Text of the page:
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“63421”,”5/10/2006 8:59″,”06BANGKOK2747″,

“Embassy Bangkok”,”UNCLASSIFIED”,””,”VZCZCXRO9348


DE RUEHBK #2747/01 1300859


P 100859Z MAY 06















E.O. 12958: N/A





1. Summary: Thailand\’s universal health care system

introduced by caretaker PM Thaksin has earned broad

popularity among the Thai public. However, it has faced

heavy criticism for being chronically underfunded, forcing

public hospitals to cut back on service and placing numerous

hospitals into the red and facing the possibility of

bankruptcy. At the same time, the expanding costs of the

program are fueling fears that the RTG health budget will be

overstretched and bring the entire health care system

crashing down with it. Although health care costs are rising

as a share of the national budget, analysts are confident

that with the expanding economy and concomitant tax revenue,

the national budget can handle the cost and that the

program\’s popularity will eventually translate into fuller

funding. End summary.


Shot in the arm to Thai health, but a pain in the budget

——————————————— ———–


2. In 2001, following on the campaign promises of newly

elected PM Thaksin, Thailand embarked on a universal health

care coverage system requiring a co-payment of only 30 baht

(75 cents) for virtually any medical treatment, including

medicines. The 30 Baht program, as it came to be known, has

been hugely popular among the Thai public, particularly among

the millions of previously uninsured who had rarely made use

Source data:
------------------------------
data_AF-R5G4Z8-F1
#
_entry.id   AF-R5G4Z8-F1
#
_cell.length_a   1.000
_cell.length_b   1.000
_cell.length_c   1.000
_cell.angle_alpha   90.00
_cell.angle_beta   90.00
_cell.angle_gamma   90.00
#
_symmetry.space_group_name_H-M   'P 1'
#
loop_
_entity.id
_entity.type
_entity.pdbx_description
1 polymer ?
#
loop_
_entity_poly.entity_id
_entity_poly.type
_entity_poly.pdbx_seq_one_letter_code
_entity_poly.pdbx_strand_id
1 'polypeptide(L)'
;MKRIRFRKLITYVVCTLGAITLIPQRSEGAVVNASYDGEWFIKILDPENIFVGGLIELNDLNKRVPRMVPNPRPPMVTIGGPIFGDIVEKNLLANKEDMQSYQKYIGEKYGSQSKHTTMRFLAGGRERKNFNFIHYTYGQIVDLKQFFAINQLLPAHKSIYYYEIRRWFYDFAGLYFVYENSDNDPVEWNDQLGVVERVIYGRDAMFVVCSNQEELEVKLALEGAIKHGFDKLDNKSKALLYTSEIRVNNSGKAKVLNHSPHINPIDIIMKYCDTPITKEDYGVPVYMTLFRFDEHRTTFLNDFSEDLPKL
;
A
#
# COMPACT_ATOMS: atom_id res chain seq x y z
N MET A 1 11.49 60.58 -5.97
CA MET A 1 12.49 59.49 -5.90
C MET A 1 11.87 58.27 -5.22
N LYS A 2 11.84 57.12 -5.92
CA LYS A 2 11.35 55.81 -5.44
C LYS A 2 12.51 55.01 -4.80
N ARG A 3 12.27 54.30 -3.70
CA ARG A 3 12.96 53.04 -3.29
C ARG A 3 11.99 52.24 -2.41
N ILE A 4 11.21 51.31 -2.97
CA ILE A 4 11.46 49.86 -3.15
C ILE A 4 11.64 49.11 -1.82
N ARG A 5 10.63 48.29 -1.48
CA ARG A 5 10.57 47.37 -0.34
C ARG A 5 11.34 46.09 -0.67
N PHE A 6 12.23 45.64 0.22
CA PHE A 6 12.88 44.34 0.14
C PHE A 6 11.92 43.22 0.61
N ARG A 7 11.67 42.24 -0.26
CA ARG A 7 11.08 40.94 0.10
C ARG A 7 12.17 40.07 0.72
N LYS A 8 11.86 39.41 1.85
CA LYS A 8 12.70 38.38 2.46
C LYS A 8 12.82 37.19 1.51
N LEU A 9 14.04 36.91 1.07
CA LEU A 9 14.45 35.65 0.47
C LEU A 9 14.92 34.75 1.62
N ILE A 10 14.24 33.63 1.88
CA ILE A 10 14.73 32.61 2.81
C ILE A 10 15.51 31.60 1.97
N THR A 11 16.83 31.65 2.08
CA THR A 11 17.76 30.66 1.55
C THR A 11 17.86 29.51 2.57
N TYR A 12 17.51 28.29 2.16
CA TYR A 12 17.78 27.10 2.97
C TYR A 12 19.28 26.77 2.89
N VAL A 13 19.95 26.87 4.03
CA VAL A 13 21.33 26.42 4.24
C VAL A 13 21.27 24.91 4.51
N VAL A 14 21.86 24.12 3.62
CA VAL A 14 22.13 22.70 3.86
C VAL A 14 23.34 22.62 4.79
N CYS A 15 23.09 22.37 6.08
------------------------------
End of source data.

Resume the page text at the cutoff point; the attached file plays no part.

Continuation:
of the health care system and often were plunged into heavy

debt when catastrophic illness struck.


3. Over 48 million Thais are covered by the universal

coverage (UC) system. The Civil Servant benefit scheme and

Social Security scheme cover much of the rest of Thailand\’s

64 million citizens, with private insurance covering those

who can afford it. The UC system is paid for out of the

general budget and administered by the semi-independent

National Health Security Office (NHSO). Hospitals receive a

monthly transfer from the NHSO based on the number of

registered beneficiaries in their area, multiplied by the

\”capitation rate\”, an amount the RTG determines annually

based on NHSO\’s projections of health care costs required per

person under the program. For FY 2006 the rate was set at

1659 baht (USD 44), with some adjustments for salaries and

other factors. The system is dominated by the country\’s

public hospitals (few private hospitals chose to join), which

are expected to manage their own books and cover their costs.


4. The lifeblood of the UC system is the capitation

payments to hospitals. At the outset of the UC program in

2001, Ministry of Public Health (MoPH) analysts projected a

capitation rate of 1200 baht would be sufficient to cover

costs, basing their analysis on a 1996 survey that outlined

costs and use of the health care system. However, hospital

visits boomed under the new program, and the NHSO quickly

recognized that they had seriously underestimated the initial

cost projections.


5. Although the RTG has steadily increased the capitation

rate over the past few years, the annual increases are

consistently below NHSO requests. In what has become a